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Tuesday, May 30, 2006

The Sinner's Prayer

During the May 22nd, Hour 2 podcast from Way of the Master Radio (seriously, just download the program and I'll quit talking about it) we're forced to ask the question, "What possibly could be wrong with leading someone in a "sinner's prayer?"

Easy enough question, it seems. However, let me establish the scene for you. A man named Darrel is street preaching when a young man approaches him and says he wants to accept Jesus right then and there. There is an entire crowd around. Temptation may lead us to immediately pray with the guy, assuming the Spirit must be working. However, Darrel is discerning and starts asking questions about why the man wants to come to Christ. Darrel walks him through the gospel again, emphasizing repentance and trust, and the young man seems to nod along. Darrel is almost discouraging the young man from making a decision, yet the young man persists in wanting to pray. Finally, Darrel offers this option: "You pray to God, and then I'll pray for you." Here is the young man's prayer:
Lord, thank you for letting me see the Light among millions. I know for the past few years I've been messing up and I wish I could turn myself into something better. I want more help. I want more strengthening to reach my goals that I want to reach. And not only that Lord, I want to help out all my friends who know how much I did wrong, and they've turned, they've kind of like followed me, and I want them to change back to how they used to be, and how I used to be too.
RC Sproul has stated before that his conversion prayer was nothing glamorous. He certainly didn't understand the doctrines of grace when He prayed to God. However, he did pray, God, be merciful to me, the sinner!

But why be critical of a man's prayer to God? Isn't it just exciting that he is looking toward God? Is there possibly any harm to leading him in a prayer anyway? Couldn't his theology get straightened up during the prayer?

Here are some reasons why it is not a good idea:
    If he's has not come to the place of repentance and trust, the prayer is empty. Christ is the Way, not a prayer. This can not be accomplished simply by lip service (having the words repentance and trust come out of their mouths), but must happen in the heart.
    He's not listening. By the time a person is praying the sinner's prayer, they believe they know what it takes to be saved, and believe that you are confident that they know what it takes. At this point, they are repeating your words, but probably not taking them to heart.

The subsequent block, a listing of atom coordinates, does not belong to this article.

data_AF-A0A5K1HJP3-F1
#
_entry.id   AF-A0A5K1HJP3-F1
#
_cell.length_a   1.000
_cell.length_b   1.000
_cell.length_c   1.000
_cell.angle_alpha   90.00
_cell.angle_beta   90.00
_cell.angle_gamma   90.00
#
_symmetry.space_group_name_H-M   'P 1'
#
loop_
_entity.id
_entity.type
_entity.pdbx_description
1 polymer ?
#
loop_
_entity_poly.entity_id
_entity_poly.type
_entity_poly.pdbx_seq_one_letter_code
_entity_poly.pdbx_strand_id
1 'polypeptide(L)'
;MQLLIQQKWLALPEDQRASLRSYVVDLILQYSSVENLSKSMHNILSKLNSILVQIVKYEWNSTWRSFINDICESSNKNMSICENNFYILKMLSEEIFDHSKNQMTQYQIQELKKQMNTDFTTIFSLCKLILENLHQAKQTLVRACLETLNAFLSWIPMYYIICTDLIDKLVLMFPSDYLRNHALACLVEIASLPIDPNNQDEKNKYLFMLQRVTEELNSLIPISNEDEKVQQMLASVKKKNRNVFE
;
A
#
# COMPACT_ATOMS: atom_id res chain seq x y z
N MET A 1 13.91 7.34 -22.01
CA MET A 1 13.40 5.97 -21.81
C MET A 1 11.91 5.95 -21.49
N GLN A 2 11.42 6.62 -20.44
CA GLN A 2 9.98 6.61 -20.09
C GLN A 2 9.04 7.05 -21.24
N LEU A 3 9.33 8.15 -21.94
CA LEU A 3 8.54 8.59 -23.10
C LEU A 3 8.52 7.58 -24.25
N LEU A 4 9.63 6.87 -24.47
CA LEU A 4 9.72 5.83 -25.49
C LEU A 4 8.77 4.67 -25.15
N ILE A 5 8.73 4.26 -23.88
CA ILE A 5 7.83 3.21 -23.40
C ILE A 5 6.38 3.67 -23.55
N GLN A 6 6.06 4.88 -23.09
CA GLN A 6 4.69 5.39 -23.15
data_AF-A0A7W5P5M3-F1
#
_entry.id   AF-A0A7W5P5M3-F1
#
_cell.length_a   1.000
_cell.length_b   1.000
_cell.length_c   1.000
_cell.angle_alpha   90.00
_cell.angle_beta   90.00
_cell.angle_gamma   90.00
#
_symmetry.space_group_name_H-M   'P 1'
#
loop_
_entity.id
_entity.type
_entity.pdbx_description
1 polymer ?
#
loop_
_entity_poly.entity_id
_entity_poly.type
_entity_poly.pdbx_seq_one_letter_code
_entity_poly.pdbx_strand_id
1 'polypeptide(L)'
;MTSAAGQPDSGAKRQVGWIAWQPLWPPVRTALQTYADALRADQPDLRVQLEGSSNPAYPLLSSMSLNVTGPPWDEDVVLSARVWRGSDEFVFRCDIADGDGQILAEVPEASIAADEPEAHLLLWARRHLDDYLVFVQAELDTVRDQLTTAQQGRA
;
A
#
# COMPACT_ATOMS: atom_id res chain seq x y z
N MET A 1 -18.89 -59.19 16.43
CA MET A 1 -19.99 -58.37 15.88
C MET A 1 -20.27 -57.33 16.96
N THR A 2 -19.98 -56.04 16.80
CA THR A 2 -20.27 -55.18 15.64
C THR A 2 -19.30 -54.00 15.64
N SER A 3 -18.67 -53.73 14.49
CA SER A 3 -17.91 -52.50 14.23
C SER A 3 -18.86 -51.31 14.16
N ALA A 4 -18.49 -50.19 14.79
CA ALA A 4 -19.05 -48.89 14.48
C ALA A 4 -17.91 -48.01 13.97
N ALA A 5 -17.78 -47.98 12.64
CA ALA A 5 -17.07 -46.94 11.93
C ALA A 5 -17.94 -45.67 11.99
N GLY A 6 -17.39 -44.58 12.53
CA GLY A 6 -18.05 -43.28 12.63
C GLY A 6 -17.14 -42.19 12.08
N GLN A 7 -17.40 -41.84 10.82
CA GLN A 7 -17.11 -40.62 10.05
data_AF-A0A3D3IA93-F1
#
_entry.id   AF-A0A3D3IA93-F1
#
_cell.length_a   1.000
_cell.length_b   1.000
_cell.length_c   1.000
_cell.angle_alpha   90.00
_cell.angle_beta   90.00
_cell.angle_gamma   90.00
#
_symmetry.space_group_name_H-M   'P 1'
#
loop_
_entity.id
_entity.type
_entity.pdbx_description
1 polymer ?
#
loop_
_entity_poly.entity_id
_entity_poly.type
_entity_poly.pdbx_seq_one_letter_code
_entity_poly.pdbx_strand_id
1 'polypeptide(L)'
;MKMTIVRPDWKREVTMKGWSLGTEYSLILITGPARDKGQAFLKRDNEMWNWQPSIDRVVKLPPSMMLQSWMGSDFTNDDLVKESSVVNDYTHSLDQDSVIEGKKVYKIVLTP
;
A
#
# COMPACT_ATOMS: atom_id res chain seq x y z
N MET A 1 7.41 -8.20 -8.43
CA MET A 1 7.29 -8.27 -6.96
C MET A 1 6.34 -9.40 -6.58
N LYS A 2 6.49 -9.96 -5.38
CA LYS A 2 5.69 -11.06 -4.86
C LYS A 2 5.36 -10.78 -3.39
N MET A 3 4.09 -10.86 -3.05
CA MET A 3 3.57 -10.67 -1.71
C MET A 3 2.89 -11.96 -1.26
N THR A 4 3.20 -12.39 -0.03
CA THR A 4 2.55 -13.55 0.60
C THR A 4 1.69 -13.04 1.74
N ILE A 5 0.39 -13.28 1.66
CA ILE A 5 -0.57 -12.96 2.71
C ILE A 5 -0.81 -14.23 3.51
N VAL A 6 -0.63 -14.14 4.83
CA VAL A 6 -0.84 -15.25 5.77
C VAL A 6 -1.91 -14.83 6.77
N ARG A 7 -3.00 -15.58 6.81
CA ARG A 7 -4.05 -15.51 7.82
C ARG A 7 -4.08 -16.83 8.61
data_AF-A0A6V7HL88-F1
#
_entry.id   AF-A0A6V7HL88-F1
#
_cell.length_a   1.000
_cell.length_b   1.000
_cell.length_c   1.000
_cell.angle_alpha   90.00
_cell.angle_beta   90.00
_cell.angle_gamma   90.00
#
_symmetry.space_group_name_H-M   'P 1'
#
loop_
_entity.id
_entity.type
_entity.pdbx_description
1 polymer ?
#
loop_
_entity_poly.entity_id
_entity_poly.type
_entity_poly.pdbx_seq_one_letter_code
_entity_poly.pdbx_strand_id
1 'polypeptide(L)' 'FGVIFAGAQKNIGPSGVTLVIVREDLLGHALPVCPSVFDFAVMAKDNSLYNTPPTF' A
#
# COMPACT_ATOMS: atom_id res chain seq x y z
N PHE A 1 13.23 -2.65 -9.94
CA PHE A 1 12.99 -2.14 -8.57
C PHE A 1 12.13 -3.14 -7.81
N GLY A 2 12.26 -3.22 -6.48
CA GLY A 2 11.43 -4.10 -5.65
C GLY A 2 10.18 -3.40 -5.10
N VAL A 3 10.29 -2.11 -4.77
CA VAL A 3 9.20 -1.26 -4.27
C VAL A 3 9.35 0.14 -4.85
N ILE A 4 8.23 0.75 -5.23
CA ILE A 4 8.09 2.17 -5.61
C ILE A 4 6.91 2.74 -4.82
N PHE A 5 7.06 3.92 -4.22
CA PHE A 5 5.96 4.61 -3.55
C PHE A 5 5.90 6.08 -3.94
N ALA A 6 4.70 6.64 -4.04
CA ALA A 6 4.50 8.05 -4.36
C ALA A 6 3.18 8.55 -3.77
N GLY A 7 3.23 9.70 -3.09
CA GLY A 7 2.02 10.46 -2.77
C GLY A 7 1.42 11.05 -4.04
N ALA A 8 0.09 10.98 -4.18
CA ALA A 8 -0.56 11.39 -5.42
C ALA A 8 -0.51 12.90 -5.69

You give him a false sense of security. The only thing more tragic than a nonbeliever is a nonbeliever who thinks he is a believer. If you pray the "sinner's prayer" with a person who has not truly repented and trusted Jesus alone, you run the risk of that person believing they are saved when they truly aren't. How many people have you talked to who are confident they are saved because they repeated a prayer, but do not identify themselves as one who has repented of sin and trusted in Christ. I know I've met far too many.
Please do not think that I am saying that all people who repeat the sinner's prayer are not saved. I for one, am one who repeated the sinner's prayer. My salvation is not found in that prayer, but rather in the faith God has granted me, starting just before the time of that prayer. However, I've led people in the prayer far too many times and then wondered whether they truly meant it.

So what do you do? I suggest that Ray Comfort is on to something. Have them pray first, and then you pray for them. You can even reiterate how to receive the gospel in your offer. (For instance, "Why don't you confess to God your repentance from your sin, and call on Him to mercifully save you.) This is beneficial for a number of reasons:
    1. If the person does not indicate in their prayer an understanding of the gospel, you have an opportunity to pray for their salvation right then and there. You can call out to God to open the person's heart.
    2. Incidently, if the person has not indicated an understanding of the gospel, they hear you pray that you long for God to open their eyes. Quite clearly they hear that you still long for them to understand the gospel and respond.
    3. Know of people who tend to put spiritual notches in their belt for converts one? Doesn't it seem the glory is taken off of the Lord and placed upon the evangelist? Well, this eliminates that. No one "closed the deal," but rather, the Spirit drew the person to Christ and caused him to call out to God. The evidence of the Lord's work in salvation is all the more clear.